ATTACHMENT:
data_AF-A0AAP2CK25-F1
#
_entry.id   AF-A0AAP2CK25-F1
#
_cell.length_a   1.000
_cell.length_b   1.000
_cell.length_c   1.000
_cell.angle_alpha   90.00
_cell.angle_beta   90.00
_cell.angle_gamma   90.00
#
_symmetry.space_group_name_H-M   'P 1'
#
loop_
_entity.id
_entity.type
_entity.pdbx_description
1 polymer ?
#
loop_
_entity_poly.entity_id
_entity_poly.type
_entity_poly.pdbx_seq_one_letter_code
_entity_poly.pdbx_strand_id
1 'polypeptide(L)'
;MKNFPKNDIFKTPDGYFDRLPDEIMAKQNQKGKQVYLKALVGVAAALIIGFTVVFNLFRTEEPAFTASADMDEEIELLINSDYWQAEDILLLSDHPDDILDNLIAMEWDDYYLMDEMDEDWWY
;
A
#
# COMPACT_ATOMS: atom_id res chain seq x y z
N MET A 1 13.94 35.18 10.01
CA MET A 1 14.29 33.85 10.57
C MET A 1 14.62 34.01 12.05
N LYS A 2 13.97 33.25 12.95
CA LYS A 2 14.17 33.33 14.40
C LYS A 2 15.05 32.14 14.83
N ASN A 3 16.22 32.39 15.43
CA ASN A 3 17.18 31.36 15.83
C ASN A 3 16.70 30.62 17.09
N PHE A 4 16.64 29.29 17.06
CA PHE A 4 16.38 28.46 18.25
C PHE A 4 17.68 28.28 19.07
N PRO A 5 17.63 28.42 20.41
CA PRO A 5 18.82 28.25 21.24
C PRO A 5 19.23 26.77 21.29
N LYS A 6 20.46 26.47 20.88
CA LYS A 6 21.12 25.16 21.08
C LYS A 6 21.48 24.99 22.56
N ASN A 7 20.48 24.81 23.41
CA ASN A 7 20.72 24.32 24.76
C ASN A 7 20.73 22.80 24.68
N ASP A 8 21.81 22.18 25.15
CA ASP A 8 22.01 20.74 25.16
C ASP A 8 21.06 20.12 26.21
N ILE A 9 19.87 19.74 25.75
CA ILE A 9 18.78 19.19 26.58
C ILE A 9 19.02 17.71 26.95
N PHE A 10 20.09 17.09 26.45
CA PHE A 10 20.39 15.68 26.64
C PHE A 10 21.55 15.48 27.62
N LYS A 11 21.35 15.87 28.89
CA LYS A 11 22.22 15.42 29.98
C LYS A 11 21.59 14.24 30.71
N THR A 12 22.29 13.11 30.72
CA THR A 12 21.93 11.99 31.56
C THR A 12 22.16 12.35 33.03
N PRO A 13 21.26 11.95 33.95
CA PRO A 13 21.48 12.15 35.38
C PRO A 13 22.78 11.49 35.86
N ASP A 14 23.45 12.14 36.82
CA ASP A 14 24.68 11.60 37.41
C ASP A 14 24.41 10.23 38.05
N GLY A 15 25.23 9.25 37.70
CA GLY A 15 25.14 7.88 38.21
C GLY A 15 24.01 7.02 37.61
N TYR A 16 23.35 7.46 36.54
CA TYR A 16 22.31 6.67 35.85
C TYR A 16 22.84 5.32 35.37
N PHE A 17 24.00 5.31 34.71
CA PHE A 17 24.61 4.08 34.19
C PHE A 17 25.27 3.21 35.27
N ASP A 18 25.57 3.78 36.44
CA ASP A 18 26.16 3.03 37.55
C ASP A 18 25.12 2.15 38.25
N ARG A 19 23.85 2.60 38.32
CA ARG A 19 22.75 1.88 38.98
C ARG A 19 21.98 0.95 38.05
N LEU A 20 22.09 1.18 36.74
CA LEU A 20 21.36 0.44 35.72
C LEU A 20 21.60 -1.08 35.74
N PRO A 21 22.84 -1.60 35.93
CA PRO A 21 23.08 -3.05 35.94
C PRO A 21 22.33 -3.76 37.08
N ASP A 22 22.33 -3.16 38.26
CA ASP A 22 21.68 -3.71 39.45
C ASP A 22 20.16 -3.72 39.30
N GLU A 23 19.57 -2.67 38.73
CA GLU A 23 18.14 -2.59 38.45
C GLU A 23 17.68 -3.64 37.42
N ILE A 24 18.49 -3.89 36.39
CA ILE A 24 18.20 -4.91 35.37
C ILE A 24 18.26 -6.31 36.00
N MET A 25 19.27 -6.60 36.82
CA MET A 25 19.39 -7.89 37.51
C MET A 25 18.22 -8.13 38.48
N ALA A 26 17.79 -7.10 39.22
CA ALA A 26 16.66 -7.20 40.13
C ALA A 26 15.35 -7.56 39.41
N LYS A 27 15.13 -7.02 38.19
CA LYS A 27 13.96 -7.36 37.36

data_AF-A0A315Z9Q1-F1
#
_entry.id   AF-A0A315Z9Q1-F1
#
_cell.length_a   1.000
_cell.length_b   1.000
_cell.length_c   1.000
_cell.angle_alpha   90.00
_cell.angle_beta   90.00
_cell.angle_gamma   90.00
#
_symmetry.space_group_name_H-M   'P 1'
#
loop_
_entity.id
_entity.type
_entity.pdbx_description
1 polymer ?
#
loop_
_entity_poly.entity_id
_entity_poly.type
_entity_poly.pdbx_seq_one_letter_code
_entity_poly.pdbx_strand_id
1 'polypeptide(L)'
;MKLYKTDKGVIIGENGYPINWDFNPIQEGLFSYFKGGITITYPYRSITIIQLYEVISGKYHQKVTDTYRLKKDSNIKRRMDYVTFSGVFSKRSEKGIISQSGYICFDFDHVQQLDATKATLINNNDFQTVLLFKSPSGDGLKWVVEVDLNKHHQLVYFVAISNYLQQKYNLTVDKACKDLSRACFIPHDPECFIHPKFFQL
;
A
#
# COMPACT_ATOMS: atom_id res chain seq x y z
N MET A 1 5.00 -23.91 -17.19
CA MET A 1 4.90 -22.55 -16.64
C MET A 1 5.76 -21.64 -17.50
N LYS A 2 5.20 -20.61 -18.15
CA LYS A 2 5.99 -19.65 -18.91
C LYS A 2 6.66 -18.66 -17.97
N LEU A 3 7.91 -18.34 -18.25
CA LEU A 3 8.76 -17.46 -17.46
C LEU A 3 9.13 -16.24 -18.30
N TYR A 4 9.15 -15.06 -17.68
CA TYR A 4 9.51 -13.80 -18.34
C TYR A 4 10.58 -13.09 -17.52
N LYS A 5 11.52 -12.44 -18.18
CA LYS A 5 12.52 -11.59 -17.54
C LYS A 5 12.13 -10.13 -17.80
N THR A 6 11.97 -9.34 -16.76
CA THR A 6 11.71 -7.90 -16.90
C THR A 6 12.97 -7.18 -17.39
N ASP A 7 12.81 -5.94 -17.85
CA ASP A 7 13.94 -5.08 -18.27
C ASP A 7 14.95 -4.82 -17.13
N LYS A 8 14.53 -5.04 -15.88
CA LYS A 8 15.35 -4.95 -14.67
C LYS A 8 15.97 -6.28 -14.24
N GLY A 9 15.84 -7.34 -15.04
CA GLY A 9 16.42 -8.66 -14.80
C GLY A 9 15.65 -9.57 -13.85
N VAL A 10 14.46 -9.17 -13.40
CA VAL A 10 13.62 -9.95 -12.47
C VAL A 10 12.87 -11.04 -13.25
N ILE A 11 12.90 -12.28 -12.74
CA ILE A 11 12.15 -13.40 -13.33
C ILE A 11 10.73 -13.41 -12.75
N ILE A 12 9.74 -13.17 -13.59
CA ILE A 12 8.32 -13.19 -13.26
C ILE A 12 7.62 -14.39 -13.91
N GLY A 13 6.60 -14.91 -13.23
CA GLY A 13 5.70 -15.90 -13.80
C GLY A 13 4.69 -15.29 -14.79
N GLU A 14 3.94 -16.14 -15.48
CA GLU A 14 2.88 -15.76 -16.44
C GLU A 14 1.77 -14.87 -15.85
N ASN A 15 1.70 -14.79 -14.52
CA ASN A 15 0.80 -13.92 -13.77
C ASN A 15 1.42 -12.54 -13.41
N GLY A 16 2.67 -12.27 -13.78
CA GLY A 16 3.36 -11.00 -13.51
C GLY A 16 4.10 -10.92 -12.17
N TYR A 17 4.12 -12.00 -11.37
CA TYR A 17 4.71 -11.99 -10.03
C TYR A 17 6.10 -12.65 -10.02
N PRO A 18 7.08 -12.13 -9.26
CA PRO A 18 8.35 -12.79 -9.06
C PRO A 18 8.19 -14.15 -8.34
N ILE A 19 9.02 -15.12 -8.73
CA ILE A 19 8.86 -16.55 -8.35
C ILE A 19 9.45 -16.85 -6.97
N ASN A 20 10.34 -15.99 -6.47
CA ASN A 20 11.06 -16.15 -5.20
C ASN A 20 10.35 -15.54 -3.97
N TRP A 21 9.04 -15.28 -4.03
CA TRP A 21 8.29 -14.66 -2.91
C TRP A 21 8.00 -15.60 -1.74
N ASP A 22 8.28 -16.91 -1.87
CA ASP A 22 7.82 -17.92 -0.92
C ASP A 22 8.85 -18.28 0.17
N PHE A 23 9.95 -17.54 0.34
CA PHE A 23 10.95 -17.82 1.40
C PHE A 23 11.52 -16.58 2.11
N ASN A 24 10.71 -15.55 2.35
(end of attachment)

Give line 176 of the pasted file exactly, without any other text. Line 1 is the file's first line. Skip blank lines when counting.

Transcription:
C ILE A 12 7.62 -14.39 -13.91